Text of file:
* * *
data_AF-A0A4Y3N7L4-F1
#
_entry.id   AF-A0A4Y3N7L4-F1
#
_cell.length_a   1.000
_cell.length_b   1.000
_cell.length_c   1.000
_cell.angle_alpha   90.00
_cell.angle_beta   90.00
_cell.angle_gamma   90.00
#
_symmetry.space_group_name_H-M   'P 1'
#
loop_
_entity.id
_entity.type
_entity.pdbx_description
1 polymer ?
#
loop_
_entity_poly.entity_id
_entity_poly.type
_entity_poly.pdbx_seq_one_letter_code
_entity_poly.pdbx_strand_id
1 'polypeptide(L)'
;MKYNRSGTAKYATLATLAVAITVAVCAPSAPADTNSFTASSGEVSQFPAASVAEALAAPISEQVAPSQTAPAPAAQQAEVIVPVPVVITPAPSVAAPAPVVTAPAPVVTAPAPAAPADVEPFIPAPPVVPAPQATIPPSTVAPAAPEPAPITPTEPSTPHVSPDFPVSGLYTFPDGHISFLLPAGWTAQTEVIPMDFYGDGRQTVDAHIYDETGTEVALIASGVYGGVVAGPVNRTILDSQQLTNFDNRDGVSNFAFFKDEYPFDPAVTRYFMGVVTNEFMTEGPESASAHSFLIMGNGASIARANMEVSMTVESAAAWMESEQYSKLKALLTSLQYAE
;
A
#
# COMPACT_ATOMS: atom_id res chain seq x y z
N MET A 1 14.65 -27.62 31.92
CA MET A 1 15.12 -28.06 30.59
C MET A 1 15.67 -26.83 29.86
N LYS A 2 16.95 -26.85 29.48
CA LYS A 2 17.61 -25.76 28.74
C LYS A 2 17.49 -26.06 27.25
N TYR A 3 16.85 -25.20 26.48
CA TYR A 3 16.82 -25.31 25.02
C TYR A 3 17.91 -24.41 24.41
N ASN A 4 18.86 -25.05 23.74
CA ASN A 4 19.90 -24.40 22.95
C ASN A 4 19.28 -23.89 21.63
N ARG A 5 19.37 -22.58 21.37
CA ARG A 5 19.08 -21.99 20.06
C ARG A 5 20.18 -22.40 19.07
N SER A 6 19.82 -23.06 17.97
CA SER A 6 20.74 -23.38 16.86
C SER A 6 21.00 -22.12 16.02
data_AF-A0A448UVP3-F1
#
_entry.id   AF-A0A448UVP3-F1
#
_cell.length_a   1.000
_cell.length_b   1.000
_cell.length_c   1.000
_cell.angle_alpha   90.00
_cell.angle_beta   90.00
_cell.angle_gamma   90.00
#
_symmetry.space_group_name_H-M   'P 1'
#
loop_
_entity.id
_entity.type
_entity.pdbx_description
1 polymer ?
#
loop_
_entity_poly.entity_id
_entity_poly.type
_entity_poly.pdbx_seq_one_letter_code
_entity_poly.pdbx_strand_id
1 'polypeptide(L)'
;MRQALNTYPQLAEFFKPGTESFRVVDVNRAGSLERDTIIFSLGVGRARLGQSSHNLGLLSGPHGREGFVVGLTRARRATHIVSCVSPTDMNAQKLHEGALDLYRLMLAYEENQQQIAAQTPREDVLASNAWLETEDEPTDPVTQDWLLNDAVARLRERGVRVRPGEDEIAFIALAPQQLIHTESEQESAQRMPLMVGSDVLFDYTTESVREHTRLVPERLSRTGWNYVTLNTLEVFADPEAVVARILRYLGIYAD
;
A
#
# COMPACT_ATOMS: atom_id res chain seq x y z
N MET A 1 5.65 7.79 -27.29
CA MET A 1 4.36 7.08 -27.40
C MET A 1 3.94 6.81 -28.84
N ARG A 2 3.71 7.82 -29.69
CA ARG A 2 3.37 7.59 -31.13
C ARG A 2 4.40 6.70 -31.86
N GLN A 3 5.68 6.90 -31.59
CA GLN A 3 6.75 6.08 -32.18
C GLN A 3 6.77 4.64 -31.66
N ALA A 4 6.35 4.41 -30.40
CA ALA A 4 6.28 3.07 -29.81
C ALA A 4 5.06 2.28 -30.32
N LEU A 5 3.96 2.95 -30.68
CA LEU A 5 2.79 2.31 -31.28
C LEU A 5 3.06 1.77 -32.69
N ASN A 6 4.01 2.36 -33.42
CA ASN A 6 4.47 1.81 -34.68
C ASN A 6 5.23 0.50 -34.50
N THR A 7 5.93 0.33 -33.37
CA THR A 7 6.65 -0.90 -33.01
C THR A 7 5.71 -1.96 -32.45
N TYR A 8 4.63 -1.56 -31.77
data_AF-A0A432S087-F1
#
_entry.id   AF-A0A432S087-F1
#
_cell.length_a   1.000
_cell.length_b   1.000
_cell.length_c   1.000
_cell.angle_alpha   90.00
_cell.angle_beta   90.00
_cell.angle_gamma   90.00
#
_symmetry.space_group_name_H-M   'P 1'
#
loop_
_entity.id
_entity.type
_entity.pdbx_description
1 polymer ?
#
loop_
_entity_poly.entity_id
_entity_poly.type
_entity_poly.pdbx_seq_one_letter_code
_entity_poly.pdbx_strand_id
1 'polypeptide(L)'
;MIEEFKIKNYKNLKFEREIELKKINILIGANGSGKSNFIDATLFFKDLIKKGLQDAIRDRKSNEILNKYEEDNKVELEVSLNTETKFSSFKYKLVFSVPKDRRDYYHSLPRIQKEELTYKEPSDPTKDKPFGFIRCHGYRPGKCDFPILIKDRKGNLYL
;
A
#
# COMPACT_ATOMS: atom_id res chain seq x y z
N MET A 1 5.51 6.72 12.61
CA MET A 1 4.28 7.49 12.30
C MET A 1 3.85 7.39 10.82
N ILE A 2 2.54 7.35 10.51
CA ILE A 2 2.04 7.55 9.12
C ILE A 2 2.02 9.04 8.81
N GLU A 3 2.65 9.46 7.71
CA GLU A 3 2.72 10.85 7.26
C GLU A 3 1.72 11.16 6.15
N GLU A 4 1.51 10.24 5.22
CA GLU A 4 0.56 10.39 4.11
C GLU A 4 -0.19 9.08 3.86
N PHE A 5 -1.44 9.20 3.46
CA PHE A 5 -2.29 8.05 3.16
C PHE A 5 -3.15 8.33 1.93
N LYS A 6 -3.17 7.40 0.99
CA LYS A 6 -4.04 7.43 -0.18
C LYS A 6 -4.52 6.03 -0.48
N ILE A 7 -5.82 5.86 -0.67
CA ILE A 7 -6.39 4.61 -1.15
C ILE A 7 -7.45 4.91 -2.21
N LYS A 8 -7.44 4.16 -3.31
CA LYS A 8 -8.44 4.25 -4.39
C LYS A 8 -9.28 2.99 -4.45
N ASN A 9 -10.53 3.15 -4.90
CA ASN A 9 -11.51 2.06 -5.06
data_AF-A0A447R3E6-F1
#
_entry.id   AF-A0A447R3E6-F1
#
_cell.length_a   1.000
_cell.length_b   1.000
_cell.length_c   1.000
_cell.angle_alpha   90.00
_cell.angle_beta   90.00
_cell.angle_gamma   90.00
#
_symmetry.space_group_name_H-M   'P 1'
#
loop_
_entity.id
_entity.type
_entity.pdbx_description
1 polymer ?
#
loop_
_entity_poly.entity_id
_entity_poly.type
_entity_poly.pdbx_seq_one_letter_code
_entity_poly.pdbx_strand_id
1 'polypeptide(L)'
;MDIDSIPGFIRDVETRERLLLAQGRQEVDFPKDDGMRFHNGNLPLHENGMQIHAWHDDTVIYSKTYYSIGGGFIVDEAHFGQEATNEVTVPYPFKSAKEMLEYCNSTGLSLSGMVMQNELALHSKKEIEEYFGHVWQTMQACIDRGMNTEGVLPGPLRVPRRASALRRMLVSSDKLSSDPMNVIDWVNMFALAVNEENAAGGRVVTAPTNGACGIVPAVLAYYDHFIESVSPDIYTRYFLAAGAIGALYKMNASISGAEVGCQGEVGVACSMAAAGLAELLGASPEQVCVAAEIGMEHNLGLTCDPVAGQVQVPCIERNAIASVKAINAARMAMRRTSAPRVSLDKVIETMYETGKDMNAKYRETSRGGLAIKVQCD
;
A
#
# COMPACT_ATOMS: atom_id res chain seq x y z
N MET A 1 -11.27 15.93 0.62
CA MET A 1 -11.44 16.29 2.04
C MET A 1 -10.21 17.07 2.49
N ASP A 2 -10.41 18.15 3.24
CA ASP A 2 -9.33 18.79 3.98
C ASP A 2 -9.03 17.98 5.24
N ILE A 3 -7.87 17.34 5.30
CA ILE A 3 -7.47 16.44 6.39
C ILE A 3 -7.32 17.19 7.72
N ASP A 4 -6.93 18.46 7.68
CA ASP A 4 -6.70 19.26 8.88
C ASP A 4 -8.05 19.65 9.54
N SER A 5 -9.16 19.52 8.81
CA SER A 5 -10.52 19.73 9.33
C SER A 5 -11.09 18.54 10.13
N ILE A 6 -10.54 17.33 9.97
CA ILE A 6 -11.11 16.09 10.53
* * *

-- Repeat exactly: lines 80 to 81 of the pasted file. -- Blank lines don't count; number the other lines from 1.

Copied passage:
CA MET A 1 4.36 7.08 -27.40
C MET A 1 3.94 6.81 -28.84